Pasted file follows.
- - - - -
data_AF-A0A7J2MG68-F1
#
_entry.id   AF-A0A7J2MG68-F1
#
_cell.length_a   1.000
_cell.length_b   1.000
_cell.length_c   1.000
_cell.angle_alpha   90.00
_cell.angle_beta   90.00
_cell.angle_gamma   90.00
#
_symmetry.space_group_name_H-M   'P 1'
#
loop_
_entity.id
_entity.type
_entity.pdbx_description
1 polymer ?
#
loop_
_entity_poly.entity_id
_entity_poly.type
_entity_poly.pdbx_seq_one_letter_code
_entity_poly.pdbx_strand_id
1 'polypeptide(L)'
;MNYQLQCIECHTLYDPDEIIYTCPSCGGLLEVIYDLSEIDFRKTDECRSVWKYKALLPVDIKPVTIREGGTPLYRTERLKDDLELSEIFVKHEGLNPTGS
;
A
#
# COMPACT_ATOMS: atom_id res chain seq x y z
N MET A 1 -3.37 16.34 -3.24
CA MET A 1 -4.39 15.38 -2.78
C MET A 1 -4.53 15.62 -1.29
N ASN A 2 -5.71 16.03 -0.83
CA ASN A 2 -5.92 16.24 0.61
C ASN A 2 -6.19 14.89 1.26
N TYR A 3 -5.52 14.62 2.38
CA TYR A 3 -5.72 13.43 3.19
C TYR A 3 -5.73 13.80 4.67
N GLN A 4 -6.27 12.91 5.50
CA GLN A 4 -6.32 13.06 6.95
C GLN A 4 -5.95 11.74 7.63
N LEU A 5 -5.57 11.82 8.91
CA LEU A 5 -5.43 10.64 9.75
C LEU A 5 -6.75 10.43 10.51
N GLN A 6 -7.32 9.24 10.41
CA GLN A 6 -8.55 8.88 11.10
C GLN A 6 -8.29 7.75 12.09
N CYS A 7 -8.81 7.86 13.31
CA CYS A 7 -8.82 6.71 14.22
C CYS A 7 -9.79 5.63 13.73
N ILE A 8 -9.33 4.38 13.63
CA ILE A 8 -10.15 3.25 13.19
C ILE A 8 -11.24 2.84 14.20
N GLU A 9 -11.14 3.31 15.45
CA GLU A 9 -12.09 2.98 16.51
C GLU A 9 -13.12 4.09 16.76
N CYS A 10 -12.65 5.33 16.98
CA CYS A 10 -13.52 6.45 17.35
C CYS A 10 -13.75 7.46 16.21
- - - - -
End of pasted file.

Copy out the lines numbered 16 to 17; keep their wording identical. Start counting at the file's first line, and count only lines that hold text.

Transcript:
_entity.type
_entity.pdbx_description